04:21 then we don't want to, or sorry, an empty tuple, then we don't want the user to pass in any arguments there. So we don't want any arguments in that slot there. But if it does, right, then we want to, if it does have more than one key, then we want to get them to pass in a record here.

04:40 And that record has to be, we can see all the tests are passing here, but this record has to be like count, right? We can't just pass in anything there. So first of all, so this seems like it's working pretty well actually, because get param keys, if we just extract this out into a log up here, so log equals this, we know that when it's button,

05:01 then it's going to basically just be empty array. And if it's something with more than that, then it's going to be in there too. Really, really nice. But now how do we type this here, the key of the params thing that we're requesting? Well, we can say get param keys. This is just a standard,

05:19 like, because we're just transforming an array into a union, right? So we now got ttranslations key number, and just grab the number in there and stick it in there. So now it's working. And count, we should see that count string is now auto-completed here.

05:38 And if I change this subtitle, if I change it to message count, then that is going to error down there, and it's going to give me all those beautiful, beautiful errors and wonderful, wonderful red lines. Nice. Now there's a little bit of duplication happening here, where we have get param keys is kind of being inferred in two places or used in two places.

05:59 And this is quite an expensive computation. We're having to basically go through, check this entire string and create an array out of it. And we're having to do that work twice. Wouldn't it be great if there was just a way that we could just do it once and have it just work? Well, we can do that by extracting it up actually into the parameters here.

06:18 When you declare these parameters, you can actually do computation inside them. And it means that you can do, let's say, tparamkeys. And let's say we just go, okay, get param keys, stick it in there, just like we did with our log earlier. Now tparamkeys is actually defined

06:39 across the scope of this translate signature. So we can now, instead of having get param keys, we can say tparamkeys. Now there's one problem here, and this still works by the way. So everything's actually working down here. It's just an error inside the function, which we'll get to briefly. You can see now we even get the little log readout here,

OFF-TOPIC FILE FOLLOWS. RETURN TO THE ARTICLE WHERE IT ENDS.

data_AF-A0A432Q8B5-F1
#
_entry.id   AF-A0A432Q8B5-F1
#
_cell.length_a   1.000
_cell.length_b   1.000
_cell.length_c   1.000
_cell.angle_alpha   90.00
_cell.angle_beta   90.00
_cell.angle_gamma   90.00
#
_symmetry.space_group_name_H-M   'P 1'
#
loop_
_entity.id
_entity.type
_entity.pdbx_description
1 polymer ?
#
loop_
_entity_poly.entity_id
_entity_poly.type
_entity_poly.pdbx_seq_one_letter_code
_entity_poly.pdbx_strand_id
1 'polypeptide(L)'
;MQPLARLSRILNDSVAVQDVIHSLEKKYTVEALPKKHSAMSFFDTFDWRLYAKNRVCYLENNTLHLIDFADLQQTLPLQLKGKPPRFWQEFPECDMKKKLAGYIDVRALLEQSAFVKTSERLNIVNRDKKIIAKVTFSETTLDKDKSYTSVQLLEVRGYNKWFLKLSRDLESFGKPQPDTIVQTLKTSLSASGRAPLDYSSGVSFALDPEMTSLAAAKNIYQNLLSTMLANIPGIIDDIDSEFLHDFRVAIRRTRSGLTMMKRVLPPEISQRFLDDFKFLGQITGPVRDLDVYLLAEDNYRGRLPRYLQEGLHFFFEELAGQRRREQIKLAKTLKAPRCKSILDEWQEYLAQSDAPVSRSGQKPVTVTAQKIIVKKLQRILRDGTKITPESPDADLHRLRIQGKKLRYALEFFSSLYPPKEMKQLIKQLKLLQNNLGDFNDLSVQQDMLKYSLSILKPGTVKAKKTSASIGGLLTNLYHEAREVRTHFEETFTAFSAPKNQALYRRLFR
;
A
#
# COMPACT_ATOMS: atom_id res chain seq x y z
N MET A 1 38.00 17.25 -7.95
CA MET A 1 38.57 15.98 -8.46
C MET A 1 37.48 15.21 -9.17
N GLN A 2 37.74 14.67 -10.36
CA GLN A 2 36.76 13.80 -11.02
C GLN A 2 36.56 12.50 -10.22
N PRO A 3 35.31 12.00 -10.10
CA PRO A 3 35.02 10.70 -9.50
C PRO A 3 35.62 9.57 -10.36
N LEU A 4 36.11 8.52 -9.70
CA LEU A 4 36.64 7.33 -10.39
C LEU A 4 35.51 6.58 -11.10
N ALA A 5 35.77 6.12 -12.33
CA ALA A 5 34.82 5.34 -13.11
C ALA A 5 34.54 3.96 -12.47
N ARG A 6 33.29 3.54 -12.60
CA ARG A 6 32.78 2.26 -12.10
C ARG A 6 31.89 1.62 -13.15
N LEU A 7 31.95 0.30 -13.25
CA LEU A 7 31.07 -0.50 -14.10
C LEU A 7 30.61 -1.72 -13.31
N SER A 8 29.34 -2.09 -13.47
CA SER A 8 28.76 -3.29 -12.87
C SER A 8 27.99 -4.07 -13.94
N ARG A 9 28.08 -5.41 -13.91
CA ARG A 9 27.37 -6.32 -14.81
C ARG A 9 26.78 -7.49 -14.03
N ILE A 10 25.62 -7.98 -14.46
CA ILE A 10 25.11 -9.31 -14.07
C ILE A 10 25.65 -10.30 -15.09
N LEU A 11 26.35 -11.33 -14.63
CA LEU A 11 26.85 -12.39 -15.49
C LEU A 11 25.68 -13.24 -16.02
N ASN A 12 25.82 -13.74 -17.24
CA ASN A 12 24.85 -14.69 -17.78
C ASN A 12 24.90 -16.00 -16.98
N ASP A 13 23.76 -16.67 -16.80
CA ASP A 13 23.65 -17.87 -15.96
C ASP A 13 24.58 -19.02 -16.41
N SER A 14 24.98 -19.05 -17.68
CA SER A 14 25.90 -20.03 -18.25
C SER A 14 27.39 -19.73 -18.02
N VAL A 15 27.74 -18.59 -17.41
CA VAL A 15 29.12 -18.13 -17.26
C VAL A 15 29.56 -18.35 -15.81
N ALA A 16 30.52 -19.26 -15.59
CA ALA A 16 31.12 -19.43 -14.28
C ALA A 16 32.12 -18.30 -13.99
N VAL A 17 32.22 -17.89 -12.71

06:57 which is lovely. So now this is one more issue, which is the tparamkeys type number cannot be used at index type tparamkeys. Well, that's because tparamkeys, we're not actually constraining it to be anything, even though it's kind of like, in fact, we could just do this, where we could just say extends tparamkeys,

07:17 except there seems to be an issue there. We'll take a brief look at that in a second. But the main way that I think of doing this is just to say, basically, we can just say it extends an array of strings here. And what we're saying here is tparamkeys, it's got a sort of vague shape that we know about, which is the return value of get tparamkeys.

07:37 And when we call the function, it gets instantiated with this nice little thing here. And now because we've got this constraint here, the stuff inside the function is happy too. So it's funny, isn't it? Like all of these constraints are there for different reasons. This one is because, like to affect the outer scope of the function.

07:57 This one is actually here to affect the inner scope of the function and to make sure that it's all working properly. And this default doesn't really have any impact on the kind of outside scope of the function. It's just to basically save us a bit of work when we're inside the function. So we don't have to compute tparamkeys twice.

08:14 So much depends on these like little sort of tricks and like these little optimizations that you can make. But this I think is a really, really clean solution and one that I'd be happy to put in production. And if you found this, well done. There's a lot going on here. Let's actually just recap briefly. We've got this ttranslations.

08:34 We're capturing the ttranslations and the key inside the signature. Then we're doing this computation where we say, okay, we check if tparamkeys extends an empty object. If it does, we don't require any args. But if it does, then we just pull in params here

08:51 and we create a record out of the tparamkeys number. And then we force the user to pass that. If you found that, great work.